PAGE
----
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Invigilating exams puts staff 'at risk' of malpractice suits

Union says heads are jeopardising teachers' careers by forcing them to monitor national tests

Union says heads are jeopardising teachers' careers by forcing them to monitor national tests

Primary teachers' careers put are being at risk by heads who force them to invigilate Sats, a union has warned.

The problem of classroom staff having to invigilate national curriculum tests is widespread in primaries, despite the duty being removed from teachers' contracts four years ago, the NASUWT said.

Teachers come under pressure from heads to oversee tests when schools should be employing other staff to do it, the union says.

As well as adding to teachers' workload, concerns have been raised that teachers who invigilate are at risk of allegations of professional misconduct because of the temptation to help pupils.

The union is due to launch a high-profile campaign this week to crack down on invigilation by teachers.

Sue Rogers, the union's national treasurer and chair of the AQA exam board, said at the union's annual conference in Bournemouth last week: "Primary schools are rife with the invigilation of Sats and it should not be happening. You lay yourself open professionally to real risk if you are seen to be invigilating Sats of your own class and your own group.

"I have sat too many times listening to examples of teachers just thinking they were helping children and thereby ruining their career," she said.

Kathy Duggan, a primary teacher and NASUWT representative for Lewisham, south London, told the conference: "The majority of primary school heads over the years have actively encouraged, insisted and forced our members to break the law and invigilate the Year 6 Sats.

Teachers were "morally blackmailed" into doing it, she said.

Ms Duggan said teachers were "shamelessly" made to encourage pupils to cram for tests. She also warned that if key stage 2 Sats were replaced with teacher assessment, heads would have "absolutely no hesitation in replacing bullying of staff over Sats with bullying members with continuous, pointless, excessive assessment regimes".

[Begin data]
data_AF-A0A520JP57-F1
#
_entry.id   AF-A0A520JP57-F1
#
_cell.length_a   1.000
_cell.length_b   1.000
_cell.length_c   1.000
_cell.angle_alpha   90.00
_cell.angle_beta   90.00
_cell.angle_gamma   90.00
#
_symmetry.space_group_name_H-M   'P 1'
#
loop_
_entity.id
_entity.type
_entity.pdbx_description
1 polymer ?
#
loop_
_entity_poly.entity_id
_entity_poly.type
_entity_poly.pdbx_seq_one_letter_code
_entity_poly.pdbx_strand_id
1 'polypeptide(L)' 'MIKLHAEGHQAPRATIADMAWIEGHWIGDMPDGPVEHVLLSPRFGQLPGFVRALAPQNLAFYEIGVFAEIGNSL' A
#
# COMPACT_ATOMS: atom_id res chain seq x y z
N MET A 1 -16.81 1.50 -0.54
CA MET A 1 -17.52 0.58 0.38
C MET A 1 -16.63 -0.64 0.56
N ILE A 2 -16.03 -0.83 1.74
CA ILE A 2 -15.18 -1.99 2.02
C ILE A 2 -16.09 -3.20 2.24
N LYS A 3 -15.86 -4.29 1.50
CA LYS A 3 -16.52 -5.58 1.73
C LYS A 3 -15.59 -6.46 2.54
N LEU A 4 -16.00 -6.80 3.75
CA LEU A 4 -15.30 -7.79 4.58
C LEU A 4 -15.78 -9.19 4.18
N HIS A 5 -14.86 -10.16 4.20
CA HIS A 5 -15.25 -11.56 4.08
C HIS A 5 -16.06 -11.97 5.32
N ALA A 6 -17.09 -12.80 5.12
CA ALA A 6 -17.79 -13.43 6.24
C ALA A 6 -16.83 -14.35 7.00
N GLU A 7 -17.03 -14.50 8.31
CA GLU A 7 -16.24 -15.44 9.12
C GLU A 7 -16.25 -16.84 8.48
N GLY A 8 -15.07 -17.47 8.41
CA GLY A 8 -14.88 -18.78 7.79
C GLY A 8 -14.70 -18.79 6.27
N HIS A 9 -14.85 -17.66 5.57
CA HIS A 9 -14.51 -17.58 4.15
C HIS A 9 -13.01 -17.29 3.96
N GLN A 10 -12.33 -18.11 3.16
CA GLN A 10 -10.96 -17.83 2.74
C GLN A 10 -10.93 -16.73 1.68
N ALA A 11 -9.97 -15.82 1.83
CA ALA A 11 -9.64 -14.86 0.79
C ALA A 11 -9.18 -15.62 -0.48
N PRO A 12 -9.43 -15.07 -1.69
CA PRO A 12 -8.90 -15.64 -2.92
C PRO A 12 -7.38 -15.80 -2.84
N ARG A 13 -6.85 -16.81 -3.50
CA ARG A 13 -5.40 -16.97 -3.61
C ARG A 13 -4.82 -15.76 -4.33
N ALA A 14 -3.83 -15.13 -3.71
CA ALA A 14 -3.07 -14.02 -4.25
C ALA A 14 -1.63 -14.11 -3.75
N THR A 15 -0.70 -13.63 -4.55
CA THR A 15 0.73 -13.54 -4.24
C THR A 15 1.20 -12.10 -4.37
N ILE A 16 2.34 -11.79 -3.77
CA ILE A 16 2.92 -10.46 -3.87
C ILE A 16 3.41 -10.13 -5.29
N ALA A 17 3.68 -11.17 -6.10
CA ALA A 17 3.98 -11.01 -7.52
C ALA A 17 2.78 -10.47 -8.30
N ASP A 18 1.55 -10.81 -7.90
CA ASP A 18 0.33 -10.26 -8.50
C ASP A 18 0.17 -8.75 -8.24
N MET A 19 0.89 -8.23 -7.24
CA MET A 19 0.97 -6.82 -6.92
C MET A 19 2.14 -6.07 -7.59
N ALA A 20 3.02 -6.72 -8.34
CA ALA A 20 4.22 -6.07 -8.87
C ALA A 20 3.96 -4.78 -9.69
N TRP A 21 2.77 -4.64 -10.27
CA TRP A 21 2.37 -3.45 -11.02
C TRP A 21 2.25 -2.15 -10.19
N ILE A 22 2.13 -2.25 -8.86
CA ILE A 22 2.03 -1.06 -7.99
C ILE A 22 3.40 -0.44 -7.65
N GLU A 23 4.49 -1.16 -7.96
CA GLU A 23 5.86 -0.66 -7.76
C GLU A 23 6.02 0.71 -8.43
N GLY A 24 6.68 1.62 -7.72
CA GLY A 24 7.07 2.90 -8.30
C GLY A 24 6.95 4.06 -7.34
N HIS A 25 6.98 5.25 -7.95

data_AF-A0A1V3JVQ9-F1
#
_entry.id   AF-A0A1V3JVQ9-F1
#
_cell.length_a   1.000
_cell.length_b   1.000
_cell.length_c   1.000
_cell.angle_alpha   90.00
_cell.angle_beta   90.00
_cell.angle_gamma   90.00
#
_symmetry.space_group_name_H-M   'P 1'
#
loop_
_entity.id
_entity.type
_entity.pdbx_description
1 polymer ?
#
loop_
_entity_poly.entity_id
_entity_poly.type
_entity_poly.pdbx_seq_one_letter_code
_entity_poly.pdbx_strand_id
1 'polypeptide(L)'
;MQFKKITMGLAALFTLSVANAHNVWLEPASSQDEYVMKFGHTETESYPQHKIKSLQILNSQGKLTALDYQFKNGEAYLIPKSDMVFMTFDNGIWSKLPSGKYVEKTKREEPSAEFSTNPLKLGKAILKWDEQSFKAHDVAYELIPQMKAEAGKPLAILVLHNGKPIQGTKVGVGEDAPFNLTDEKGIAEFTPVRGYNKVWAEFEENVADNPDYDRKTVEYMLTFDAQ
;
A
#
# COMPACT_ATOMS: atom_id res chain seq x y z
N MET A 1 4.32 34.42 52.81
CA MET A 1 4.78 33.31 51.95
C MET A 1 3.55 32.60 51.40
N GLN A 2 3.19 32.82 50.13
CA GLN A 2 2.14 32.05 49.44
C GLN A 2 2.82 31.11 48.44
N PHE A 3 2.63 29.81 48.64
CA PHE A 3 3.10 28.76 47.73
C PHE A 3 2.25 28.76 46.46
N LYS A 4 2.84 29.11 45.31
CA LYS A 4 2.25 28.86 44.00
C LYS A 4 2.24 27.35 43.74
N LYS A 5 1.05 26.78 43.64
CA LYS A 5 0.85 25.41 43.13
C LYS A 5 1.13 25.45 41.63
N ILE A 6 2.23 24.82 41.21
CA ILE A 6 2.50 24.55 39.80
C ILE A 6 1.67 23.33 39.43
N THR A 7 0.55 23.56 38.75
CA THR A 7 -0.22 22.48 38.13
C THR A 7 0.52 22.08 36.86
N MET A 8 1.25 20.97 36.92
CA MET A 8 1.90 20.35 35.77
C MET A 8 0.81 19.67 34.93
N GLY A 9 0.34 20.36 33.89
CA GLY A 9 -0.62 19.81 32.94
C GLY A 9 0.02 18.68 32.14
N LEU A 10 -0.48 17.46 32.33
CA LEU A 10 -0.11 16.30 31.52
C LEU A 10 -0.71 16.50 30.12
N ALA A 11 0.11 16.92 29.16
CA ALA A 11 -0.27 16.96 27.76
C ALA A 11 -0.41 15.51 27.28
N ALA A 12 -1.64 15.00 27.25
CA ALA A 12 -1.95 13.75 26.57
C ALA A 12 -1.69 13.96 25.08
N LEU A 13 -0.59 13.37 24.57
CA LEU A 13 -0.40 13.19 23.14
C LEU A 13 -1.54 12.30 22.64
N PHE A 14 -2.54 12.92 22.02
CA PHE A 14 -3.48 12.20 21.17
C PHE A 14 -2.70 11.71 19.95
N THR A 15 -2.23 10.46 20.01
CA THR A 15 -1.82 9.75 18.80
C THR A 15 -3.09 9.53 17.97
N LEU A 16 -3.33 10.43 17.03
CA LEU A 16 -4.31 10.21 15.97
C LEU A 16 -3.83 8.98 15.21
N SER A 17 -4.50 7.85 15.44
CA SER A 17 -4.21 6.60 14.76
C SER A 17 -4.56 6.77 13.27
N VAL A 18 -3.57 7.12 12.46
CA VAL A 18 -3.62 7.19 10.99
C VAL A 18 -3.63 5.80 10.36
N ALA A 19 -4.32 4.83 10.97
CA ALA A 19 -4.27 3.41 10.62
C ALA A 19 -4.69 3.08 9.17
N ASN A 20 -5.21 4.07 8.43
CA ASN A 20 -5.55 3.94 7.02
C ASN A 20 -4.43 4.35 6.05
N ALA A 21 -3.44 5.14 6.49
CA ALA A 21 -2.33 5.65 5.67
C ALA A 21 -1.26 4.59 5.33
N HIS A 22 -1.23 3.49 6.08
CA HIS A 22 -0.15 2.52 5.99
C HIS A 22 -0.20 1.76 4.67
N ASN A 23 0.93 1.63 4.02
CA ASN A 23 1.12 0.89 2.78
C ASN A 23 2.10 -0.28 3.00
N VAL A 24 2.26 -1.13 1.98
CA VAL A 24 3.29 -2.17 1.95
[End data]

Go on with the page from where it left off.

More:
Mick Brookes, general secretary of the National Association of Head Teachers, hit back, saying classroom teachers were free to volunteer to invigilate and often wanted to do so.

"It is nothing to do with teachers being forced," he said. "Teachers choose to do it because of the immense pressure on schools to perform for league tables.

"They know that if children are being watched over by someone they don't know, it can have a deleterious impact on their performance."

Mr Brookes said that paying invigilators to cover KS2 tests costs schools about Pounds 1,500.

Chris Keates, general secretary of the NASUWT, agreed that some teachers wanted to invigilate, but said, as well as allegations of exam malpractice, it could lead to teachers facing General Teaching Council charges.

Figures released by the Qualifications and Curriculum Authority show that there were 252 reported cases of maladministration related to last year's KS2 tests. The most common allegations, accounting for 18 per cent of cases, were of test administrators "over-aiding" pupils.

The General Teaching Council for England has heard at least 12 cases against teachers involving allegations to do with Sats exams, although the specific figure relating to invigilation was unclear at the time of going to press. At least two teachers have been suspended for their conduct relating to Sats.

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